04 Oct, 2023

Renew Europe: Safeguard media freedom now

Renew Europe considers the European Media Freedom Act (EMFA) as the European Union’s way to push back against the current rise in threats to free media and independent journalism. 

On Tuesday, the European Parliament adopted its position on the EMFA, introducing new rules on state advertising, transparency of ownership, audience measurement and protection of journalistic sources and communications. 

Media freedom and pluralism across the European Union are under pressure, hollowed out or actively undermined by certain political powers, with no member state being immune from danger. 

A prime example is the risk seen with the upcoming elections in Poland but numerous others can be identified in state buyouts, Pegasus spyware and direct threats to journalists.  

“It is our priority to give Member States the tools to fight disinformation. Unfortunately, there are still European companies who facilitate the spread of Putin’s propaganda in Europe and beyond. The European Media Freedom Act is crucial to eliminate this situation,” said Andrus Ansip MEP (Reformierakond, EE).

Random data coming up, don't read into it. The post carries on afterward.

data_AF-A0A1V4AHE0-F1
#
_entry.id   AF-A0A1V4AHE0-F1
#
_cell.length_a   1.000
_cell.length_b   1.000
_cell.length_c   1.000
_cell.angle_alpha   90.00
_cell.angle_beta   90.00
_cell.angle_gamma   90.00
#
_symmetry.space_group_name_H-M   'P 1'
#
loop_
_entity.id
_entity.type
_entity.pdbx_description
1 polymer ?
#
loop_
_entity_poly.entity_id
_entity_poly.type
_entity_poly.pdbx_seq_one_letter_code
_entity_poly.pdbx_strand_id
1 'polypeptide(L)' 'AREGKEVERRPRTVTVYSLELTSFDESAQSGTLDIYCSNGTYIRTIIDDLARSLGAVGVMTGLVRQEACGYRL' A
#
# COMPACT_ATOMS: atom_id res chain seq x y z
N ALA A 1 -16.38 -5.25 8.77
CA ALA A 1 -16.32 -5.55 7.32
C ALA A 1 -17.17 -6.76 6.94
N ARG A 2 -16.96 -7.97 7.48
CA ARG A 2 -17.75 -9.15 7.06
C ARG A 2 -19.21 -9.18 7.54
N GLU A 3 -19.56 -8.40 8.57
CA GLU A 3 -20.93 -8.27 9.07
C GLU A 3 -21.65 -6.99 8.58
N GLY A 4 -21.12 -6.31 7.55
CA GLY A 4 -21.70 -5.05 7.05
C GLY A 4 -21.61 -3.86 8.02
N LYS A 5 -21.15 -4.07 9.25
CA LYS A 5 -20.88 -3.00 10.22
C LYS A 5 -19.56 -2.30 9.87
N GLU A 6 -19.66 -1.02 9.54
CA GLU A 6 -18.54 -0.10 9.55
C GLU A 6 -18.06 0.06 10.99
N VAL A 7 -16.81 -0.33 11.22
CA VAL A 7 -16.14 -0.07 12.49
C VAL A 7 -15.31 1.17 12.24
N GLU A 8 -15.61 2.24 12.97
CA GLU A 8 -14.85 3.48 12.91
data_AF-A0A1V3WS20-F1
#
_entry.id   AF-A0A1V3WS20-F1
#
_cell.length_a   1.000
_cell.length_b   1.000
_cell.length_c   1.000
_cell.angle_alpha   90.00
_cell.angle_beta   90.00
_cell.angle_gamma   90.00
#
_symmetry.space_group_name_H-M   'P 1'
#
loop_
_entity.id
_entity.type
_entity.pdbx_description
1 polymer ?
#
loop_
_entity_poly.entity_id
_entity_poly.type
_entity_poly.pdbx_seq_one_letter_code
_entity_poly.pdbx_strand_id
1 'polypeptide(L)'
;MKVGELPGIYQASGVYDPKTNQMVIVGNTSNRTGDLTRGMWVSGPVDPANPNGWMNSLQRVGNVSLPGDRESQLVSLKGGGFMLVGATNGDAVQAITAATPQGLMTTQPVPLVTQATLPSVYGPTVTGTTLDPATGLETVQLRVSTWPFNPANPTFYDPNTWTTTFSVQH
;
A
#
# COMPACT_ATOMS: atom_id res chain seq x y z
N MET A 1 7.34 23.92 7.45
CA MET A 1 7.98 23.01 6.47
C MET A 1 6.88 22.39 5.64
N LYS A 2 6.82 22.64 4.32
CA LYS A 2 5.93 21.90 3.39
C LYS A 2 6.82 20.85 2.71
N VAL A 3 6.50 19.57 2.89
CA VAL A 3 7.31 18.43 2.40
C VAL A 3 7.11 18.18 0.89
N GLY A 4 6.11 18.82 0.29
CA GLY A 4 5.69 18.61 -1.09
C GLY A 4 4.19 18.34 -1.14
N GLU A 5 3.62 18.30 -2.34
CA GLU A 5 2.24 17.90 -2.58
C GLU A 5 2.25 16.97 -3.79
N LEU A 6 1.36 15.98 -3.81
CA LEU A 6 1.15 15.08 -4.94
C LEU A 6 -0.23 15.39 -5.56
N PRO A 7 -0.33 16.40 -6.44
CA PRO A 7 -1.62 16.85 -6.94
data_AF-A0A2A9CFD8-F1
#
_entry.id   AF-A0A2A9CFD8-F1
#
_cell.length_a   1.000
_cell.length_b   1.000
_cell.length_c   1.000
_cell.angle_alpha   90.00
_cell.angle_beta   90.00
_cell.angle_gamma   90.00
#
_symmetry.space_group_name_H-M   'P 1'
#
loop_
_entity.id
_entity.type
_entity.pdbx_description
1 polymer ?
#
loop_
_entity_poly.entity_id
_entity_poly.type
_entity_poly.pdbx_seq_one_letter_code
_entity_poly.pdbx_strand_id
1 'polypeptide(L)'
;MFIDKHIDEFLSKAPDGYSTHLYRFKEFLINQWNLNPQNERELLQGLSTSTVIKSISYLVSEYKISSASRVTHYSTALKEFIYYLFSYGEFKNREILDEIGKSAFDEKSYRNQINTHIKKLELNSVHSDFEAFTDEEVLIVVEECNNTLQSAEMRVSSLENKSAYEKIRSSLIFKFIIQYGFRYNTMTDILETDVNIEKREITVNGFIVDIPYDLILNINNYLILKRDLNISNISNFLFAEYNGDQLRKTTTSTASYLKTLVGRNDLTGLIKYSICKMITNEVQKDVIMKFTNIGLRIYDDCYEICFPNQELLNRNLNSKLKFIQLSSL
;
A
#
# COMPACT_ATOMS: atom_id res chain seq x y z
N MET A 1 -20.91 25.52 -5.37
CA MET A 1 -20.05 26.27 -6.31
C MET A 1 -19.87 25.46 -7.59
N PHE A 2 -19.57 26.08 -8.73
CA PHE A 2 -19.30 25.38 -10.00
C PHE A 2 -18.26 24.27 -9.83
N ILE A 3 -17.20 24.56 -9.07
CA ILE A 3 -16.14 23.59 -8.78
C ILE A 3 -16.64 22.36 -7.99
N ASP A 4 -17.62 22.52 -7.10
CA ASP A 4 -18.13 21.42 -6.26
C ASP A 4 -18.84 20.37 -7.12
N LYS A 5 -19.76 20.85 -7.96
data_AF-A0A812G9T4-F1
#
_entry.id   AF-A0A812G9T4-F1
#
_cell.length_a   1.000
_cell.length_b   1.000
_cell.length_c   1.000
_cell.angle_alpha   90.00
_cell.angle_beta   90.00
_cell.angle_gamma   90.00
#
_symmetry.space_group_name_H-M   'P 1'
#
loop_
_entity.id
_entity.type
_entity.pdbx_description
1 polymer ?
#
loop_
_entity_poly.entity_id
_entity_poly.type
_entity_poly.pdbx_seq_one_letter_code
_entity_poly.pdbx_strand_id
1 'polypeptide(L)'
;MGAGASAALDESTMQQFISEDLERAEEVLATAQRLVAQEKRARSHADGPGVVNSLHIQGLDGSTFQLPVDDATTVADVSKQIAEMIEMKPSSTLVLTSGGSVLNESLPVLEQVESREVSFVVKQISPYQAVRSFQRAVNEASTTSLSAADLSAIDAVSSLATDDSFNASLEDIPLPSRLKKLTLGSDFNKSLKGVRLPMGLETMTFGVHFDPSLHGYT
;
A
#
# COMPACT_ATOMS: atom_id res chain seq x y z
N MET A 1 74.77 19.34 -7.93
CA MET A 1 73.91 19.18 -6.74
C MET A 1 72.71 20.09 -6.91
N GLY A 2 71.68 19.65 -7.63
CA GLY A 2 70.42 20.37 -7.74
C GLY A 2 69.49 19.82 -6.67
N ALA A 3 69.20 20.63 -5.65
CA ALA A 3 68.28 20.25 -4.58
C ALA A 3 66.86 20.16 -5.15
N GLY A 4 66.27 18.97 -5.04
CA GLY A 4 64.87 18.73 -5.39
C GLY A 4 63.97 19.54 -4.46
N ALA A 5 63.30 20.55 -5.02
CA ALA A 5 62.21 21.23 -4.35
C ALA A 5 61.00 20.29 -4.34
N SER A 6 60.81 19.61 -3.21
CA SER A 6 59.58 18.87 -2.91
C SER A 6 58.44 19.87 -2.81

“Free and independent media are a fundamental condition for the functioning of our democracies. In the last years we have seen serious deterioration in media freedom from both state actors and private owners. The Media Freedom Act will finally establish EU-wide basic principles and bring full transparency of the media market. Journalists and media will be protected and abuses will be prevented,” said Irena Joveva MEP (Gibanje Svoboda, SI). 

“The EMFA has to be a strong ally for free media. Independent journalists need a robust legal framework protecting their work, their sources, their freedom and securing their role as guardians of democracy. Every single politician waking up in the morning to look for quality news and correct information should know why free press needs to be strong,” added Ramona Strugariu MEP (REPER, RO). 

The EMFA’s scope ranges from protecting against interference in editorial decisions or the use of spyware, adequate funding for public service media and transparency of ownership and assessment of market concentrations in the private sector, as well as the establishment of a new European Board for Media Services comprised of national media authorities. 

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